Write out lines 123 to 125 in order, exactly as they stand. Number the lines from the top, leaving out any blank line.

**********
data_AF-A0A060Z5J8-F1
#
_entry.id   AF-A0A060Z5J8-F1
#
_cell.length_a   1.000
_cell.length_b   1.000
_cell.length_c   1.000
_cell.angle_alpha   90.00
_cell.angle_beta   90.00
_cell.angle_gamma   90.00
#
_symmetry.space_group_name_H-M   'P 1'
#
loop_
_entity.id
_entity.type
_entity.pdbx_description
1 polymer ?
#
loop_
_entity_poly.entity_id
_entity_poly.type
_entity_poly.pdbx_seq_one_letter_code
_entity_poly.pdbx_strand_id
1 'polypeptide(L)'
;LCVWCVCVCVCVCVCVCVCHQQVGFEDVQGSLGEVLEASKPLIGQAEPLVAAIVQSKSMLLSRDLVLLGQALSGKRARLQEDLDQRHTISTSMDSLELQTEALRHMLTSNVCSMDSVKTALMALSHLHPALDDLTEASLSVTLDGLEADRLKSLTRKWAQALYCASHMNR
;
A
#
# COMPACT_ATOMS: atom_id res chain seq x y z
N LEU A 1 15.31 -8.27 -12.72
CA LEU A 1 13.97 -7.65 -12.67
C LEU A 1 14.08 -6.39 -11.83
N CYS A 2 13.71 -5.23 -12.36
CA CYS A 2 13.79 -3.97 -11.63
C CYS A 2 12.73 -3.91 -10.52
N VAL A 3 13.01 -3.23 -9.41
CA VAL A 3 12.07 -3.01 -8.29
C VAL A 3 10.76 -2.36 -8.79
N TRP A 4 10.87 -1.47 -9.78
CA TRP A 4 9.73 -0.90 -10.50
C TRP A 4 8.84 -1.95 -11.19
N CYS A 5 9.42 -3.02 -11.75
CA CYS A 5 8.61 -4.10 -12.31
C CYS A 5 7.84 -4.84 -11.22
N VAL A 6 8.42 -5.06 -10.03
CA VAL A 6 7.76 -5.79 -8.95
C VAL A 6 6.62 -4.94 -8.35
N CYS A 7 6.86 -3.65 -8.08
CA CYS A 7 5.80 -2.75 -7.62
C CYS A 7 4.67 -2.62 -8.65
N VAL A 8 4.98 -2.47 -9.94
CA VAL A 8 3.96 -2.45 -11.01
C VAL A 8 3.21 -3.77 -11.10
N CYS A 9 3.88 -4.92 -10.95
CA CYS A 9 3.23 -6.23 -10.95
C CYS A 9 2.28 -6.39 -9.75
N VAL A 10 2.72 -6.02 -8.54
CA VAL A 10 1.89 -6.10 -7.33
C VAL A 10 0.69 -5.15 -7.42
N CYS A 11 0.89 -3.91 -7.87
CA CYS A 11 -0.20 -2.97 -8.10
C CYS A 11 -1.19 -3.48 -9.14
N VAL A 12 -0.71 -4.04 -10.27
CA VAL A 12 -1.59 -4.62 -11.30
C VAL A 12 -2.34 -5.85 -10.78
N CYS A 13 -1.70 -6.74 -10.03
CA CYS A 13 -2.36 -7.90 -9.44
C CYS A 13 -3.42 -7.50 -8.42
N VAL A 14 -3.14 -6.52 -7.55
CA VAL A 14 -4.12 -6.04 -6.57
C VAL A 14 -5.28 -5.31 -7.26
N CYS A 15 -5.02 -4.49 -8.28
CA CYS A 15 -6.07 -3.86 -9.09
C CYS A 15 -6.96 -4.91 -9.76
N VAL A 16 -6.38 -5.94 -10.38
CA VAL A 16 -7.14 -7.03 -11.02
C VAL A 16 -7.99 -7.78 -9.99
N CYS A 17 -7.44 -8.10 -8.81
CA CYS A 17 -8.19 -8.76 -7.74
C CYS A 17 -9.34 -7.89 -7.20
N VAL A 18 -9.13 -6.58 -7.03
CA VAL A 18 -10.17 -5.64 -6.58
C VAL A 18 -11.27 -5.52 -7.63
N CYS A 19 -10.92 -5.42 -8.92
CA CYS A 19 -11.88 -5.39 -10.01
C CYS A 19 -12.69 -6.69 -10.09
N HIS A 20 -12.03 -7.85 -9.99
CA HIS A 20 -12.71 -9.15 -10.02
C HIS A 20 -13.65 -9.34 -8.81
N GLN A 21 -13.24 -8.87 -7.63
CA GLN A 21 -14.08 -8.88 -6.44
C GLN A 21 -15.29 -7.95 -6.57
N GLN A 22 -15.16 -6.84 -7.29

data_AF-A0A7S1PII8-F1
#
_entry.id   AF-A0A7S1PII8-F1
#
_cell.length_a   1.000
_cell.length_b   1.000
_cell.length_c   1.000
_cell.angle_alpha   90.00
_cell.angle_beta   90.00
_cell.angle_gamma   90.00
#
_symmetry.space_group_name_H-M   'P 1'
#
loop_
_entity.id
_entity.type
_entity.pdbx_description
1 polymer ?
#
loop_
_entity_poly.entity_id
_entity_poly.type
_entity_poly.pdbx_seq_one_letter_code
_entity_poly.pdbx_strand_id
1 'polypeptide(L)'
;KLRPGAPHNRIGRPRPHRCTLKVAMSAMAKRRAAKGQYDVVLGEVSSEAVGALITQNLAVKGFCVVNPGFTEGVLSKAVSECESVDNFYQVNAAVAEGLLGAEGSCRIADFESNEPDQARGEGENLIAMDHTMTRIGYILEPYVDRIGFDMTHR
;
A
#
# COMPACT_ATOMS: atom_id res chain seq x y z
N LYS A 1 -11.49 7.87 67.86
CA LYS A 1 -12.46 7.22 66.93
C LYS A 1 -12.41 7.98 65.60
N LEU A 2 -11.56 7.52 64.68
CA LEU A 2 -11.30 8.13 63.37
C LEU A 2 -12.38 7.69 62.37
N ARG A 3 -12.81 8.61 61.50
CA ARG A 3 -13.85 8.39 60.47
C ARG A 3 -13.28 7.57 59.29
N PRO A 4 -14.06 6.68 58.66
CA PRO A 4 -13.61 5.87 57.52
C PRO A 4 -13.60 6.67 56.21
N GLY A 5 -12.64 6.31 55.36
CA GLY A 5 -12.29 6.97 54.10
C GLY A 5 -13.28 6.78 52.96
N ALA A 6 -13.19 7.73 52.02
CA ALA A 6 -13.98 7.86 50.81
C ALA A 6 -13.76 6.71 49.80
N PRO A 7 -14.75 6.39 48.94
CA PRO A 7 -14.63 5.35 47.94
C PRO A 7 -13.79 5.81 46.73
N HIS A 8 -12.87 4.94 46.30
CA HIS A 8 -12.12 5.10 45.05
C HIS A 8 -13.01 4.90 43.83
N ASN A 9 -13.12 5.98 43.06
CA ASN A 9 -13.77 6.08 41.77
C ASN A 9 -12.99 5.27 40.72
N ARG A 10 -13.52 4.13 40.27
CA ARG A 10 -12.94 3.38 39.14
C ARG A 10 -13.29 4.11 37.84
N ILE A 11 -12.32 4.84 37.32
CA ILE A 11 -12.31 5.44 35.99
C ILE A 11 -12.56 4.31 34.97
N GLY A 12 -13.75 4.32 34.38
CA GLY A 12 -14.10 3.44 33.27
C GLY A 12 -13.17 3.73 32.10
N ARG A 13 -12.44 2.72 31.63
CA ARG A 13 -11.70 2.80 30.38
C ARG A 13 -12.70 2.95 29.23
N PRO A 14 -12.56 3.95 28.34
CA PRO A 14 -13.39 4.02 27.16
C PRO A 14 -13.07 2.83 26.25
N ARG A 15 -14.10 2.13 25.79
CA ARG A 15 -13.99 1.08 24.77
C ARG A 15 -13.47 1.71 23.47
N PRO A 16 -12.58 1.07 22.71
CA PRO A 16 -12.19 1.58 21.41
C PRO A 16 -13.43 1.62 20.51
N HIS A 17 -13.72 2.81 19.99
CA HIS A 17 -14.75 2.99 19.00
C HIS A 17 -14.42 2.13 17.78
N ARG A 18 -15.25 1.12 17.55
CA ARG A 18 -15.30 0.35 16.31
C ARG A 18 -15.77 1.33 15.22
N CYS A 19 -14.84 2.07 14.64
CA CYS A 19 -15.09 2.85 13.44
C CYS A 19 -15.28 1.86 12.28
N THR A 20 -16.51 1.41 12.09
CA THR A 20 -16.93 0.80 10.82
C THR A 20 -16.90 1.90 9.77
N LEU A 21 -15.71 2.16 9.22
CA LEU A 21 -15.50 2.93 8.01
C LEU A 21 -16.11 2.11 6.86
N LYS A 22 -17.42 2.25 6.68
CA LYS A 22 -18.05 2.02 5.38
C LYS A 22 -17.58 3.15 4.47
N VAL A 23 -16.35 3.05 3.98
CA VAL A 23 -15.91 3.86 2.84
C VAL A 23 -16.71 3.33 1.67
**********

#
# COMPACT_ATOMS: atom_id res chain seq x y z
N LYS A 1 -11.49 7.87 67.86